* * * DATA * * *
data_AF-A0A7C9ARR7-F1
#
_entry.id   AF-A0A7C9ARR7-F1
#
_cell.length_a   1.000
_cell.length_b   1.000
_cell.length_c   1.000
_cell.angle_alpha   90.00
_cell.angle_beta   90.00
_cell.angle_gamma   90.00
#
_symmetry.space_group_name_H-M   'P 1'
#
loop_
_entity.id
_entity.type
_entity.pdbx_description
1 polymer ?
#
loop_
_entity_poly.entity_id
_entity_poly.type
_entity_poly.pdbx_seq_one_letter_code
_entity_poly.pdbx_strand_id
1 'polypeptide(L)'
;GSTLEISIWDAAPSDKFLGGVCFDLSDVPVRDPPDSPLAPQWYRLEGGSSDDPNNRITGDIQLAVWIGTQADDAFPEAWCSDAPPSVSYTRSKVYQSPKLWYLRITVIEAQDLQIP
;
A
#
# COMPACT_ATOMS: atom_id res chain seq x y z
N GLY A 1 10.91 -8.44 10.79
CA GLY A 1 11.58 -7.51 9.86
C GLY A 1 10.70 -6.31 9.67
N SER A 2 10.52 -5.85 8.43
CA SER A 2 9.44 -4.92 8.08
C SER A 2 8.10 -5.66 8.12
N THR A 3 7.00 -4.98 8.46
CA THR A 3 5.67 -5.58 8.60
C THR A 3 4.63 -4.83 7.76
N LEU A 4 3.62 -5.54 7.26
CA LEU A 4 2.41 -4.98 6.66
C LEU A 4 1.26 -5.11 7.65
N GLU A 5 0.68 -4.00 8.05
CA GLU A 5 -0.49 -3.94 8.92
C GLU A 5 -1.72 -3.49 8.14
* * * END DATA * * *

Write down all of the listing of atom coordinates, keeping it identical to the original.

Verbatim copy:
data_AF-A0A7C9ARR7-F1
#
_entry.id   AF-A0A7C9ARR7-F1
#
_cell.length_a   1.000
_cell.length_b   1.000
_cell.length_c   1.000
_cell.angle_alpha   90.00
_cell.angle_beta   90.00
_cell.angle_gamma   90.00
#
_symmetry.space_group_name_H-M   'P 1'
#
loop_
_entity.id
_entity.type
_entity.pdbx_description
1 polymer ?
#
loop_
_entity_poly.entity_id
_entity_poly.type
_entity_poly.pdbx_seq_one_letter_code
_entity_poly.pdbx_strand_id
1 'polypeptide(L)'
;GSTLEISIWDAAPSDKFLGGVCFDLSDVPVRDPPDSPLAPQWYRLEGGSSDDPNNRITGDIQLAVWIGTQADDAFPEAWCSDAPPSVSYTRSKVYQSPKLWYLRITVIEAQDLQIP
;
A
#
# COMPACT_ATOMS: atom_id res chain seq x y z
N GLY A 1 10.91 -8.44 10.79
CA GLY A 1 11.58 -7.51 9.86
C GLY A 1 10.70 -6.31 9.67
N SER A 2 10.52 -5.85 8.43
CA SER A 2 9.44 -4.92 8.08
C SER A 2 8.10 -5.66 8.12
N THR A 3 7.00 -4.98 8.46
CA THR A 3 5.67 -5.58 8.60
C THR A 3 4.63 -4.83 7.76
N LEU A 4 3.62 -5.54 7.26
CA LEU A 4 2.41 -4.98 6.66
C LEU A 4 1.26 -5.11 7.65
N GLU A 5 0.68 -4.00 8.05
CA GLU A 5 -0.49 -3.94 8.92
C GLU A 5 -1.72 -3.49 8.14